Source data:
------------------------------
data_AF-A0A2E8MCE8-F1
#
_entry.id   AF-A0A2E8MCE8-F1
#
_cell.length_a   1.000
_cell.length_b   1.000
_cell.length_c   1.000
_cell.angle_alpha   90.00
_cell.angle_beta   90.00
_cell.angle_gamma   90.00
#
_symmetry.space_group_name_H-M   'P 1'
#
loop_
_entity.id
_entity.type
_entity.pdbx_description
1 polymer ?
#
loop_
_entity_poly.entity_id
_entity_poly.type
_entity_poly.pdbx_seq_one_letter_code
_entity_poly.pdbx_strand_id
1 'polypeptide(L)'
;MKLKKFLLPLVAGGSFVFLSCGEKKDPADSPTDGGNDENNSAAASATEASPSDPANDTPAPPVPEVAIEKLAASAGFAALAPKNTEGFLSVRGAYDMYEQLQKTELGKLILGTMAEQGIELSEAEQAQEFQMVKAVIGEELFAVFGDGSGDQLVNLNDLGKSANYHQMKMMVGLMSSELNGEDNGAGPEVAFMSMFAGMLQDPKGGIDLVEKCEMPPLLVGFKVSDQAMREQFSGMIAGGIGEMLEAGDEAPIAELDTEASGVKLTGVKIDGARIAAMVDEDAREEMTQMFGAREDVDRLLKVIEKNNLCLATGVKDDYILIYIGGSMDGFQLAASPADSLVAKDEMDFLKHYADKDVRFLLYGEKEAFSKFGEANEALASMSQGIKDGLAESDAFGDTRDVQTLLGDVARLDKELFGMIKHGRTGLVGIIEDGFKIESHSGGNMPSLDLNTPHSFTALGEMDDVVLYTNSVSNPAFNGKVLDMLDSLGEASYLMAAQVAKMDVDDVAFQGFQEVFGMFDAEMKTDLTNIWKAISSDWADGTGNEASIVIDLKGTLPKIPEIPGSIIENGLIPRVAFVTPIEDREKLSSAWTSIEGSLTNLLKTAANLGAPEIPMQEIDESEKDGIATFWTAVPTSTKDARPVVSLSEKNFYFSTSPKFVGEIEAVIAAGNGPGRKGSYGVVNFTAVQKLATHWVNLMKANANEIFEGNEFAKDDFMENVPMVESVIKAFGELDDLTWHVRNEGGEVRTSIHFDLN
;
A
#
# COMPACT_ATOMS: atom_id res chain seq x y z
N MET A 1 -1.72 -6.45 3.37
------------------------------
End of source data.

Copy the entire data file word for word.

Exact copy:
data_AF-A0A2E8MCE8-F1
#
_entry.id   AF-A0A2E8MCE8-F1
#
_cell.length_a   1.000
_cell.length_b   1.000
_cell.length_c   1.000
_cell.angle_alpha   90.00
_cell.angle_beta   90.00
_cell.angle_gamma   90.00
#
_symmetry.space_group_name_H-M   'P 1'
#
loop_
_entity.id
_entity.type
_entity.pdbx_description
1 polymer ?
#
loop_
_entity_poly.entity_id
_entity_poly.type
_entity_poly.pdbx_seq_one_letter_code
_entity_poly.pdbx_strand_id
1 'polypeptide(L)'
;MKLKKFLLPLVAGGSFVFLSCGEKKDPADSPTDGGNDENNSAAASATEASPSDPANDTPAPPVPEVAIEKLAASAGFAALAPKNTEGFLSVRGAYDMYEQLQKTELGKLILGTMAEQGIELSEAEQAQEFQMVKAVIGEELFAVFGDGSGDQLVNLNDLGKSANYHQMKMMVGLMSSELNGEDNGAGPEVAFMSMFAGMLQDPKGGIDLVEKCEMPPLLVGFKVSDQAMREQFSGMIAGGIGEMLEAGDEAPIAELDTEASGVKLTGVKIDGARIAAMVDEDAREEMTQMFGAREDVDRLLKVIEKNNLCLATGVKDDYILIYIGGSMDGFQLAASPADSLVAKDEMDFLKHYADKDVRFLLYGEKEAFSKFGEANEALASMSQGIKDGLAESDAFGDTRDVQTLLGDVARLDKELFGMIKHGRTGLVGIIEDGFKIESHSGGNMPSLDLNTPHSFTALGEMDDVVLYTNSVSNPAFNGKVLDMLDSLGEASYLMAAQVAKMDVDDVAFQGFQEVFGMFDAEMKTDLTNIWKAISSDWADGTGNEASIVIDLKGTLPKIPEIPGSIIENGLIPRVAFVTPIEDREKLSSAWTSIEGSLTNLLKTAANLGAPEIPMQEIDESEKDGIATFWTAVPTSTKDARPVVSLSEKNFYFSTSPKFVGEIEAVIAAGNGPGRKGSYGVVNFTAVQKLATHWVNLMKANANEIFEGNEFAKDDFMENVPMVESVIKAFGELDDLTWHVRNEGGEVRTSIHFDLN
;
A
#
# COMPACT_ATOMS: atom_id res chain seq x y z
N MET A 1 -1.72 -6.45 3.37